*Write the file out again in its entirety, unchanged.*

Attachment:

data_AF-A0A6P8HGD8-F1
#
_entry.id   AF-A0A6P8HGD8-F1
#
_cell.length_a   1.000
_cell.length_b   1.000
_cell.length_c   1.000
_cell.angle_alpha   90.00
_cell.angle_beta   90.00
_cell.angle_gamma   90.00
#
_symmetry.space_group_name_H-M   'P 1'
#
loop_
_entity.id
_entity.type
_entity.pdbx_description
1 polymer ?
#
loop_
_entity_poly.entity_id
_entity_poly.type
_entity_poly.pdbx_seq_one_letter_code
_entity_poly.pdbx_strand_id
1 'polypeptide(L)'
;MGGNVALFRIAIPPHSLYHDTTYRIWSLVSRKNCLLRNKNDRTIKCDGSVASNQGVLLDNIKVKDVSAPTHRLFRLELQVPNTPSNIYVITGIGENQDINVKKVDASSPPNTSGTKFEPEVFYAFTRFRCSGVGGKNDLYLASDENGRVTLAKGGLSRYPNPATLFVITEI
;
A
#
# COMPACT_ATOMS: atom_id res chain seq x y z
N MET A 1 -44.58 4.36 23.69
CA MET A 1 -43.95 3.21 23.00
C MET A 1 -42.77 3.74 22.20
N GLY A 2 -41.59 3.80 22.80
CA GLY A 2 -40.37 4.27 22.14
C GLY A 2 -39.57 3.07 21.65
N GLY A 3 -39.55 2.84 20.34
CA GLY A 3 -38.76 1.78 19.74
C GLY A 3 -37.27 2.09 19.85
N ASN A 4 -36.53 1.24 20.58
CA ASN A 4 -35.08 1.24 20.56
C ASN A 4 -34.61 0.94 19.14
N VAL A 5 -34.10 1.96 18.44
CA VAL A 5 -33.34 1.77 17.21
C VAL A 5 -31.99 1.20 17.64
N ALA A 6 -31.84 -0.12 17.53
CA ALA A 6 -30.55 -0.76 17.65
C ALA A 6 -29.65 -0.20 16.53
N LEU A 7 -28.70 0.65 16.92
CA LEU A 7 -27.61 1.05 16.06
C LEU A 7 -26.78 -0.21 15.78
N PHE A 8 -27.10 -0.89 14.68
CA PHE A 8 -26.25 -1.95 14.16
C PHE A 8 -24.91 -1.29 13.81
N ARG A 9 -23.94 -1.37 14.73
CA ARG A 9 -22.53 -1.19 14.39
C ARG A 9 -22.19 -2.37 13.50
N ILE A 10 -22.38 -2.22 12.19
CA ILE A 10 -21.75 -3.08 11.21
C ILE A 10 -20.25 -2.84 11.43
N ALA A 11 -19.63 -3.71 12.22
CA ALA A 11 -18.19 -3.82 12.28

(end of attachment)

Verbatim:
data_AF-A0A6P8HGD8-F1
#
_entry.id   AF-A0A6P8HGD8-F1
#
_cell.length_a   1.000
_cell.length_b   1.000
_cell.length_c   1.000
_cell.angle_alpha   90.00
_cell.angle_beta   90.00
_cell.angle_gamma   90.00
#
_symmetry.space_group_name_H-M   'P 1'
#
loop_
_entity.id
_entity.type
_entity.pdbx_description
1 polymer ?
#
loop_
_entity_poly.entity_id
_entity_poly.type
_entity_poly.pdbx_seq_one_letter_code
_entity_poly.pdbx_strand_id
1 'polypeptide(L)'
;MGGNVALFRIAIPPHSLYHDTTYRIWSLVSRKNCLLRNKNDRTIKCDGSVASNQGVLLDNIKVKDVSAPTHRLFRLELQVPNTPSNIYVITGIGENQDINVKKVDASSPPNTSGTKFEPEVFYAFTRFRCSGVGGKNDLYLASDENGRVTLAKGGLSRYPNPATLFVITEI
;
A
#
# COMPACT_ATOMS: atom_id res chain seq x y z
N MET A 1 -44.58 4.36 23.69
CA MET A 1 -43.95 3.21 23.00
C MET A 1 -42.77 3.74 22.20
N GLY A 2 -41.59 3.80 22.80
CA GLY A 2 -40.37 4.27 22.14
C GLY A 2 -39.57 3.07 21.65
N GLY A 3 -39.55 2.84 20.34
CA GLY A 3 -38.76 1.78 19.74
C GLY A 3 -37.27 2.09 19.85
N ASN A 4 -36.53 1.24 20.58
CA ASN A 4 -35.08 1.24 20.56
C ASN A 4 -34.61 0.94 19.14
N VAL A 5 -34.10 1.96 18.44
CA VAL A 5 -33.34 1.77 17.21
C VAL A 5 -31.99 1.20 17.64
N ALA A 6 -31.84 -0.12 17.53
CA ALA A 6 -30.55 -0.76 17.65
C ALA A 6 -29.65 -0.20 16.53
N LEU A 7 -28.70 0.65 16.92
CA LEU A 7 -27.61 1.05 16.06
C LEU A 7 -26.78 -0.21 15.78
N PHE A 8 -27.10 -0.89 14.68
CA PHE A 8 -26.25 -1.95 14.16
C PHE A 8 -24.91 -1.29 13.81
N ARG A 9 -23.94 -1.37 14.73
CA ARG A 9 -22.53 -1.19 14.39
C ARG A 9 -22.19 -2.37 13.50
N ILE A 10 -22.38 -2.22 12.19
CA ILE A 10 -21.75 -3.08 11.21
C ILE A 10 -20.25 -2.84 11.43
N ALA A 11 -19.63 -3.71 12.22
CA ALA A 11 -18.19 -3.82 12.28